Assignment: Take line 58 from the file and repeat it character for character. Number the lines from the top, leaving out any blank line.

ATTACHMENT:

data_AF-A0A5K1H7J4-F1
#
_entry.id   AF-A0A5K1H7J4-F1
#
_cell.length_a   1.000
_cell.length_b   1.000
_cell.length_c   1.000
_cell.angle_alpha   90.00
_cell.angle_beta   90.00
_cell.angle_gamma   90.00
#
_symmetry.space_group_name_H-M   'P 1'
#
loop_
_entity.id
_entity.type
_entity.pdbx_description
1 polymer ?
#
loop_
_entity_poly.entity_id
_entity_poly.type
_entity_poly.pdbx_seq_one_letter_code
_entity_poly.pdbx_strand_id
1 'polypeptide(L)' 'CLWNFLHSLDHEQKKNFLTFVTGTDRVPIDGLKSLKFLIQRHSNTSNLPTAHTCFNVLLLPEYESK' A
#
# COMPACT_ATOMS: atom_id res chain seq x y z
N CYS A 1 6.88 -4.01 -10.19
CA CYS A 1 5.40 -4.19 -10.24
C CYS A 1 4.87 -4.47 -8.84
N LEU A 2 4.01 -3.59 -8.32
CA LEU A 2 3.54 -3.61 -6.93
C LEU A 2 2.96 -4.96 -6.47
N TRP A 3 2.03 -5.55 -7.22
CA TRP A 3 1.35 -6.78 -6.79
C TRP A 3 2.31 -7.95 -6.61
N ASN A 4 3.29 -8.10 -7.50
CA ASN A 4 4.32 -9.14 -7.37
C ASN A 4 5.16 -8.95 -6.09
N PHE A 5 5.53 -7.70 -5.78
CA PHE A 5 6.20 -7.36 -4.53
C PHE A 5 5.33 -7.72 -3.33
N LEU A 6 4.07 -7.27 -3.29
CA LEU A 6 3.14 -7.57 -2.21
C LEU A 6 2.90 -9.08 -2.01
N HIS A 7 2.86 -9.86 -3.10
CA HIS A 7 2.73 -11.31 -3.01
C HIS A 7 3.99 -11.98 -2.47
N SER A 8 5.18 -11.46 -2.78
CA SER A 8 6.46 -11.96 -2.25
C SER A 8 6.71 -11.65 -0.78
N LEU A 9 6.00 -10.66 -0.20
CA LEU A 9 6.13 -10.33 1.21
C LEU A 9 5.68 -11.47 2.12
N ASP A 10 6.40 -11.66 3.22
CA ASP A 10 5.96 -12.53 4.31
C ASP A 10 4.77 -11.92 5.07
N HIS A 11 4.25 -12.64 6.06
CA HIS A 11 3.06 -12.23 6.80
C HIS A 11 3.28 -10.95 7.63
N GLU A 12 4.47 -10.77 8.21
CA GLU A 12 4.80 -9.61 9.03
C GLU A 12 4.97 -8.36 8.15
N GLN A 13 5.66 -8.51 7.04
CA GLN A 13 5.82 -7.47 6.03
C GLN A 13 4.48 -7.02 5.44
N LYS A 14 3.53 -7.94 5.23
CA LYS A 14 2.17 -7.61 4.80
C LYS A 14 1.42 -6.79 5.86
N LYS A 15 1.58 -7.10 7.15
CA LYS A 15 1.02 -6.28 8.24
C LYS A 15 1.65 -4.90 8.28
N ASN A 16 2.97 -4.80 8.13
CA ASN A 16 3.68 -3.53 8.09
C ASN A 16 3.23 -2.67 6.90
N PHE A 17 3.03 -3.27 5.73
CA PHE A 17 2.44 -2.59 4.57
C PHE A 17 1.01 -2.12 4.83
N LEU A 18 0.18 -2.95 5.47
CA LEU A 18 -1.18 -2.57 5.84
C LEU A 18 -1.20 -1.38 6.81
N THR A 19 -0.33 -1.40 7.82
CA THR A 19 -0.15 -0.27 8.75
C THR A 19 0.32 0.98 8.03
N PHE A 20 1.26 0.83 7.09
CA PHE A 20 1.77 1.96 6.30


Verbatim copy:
N HIS A 11 4.25 -12.64 6.06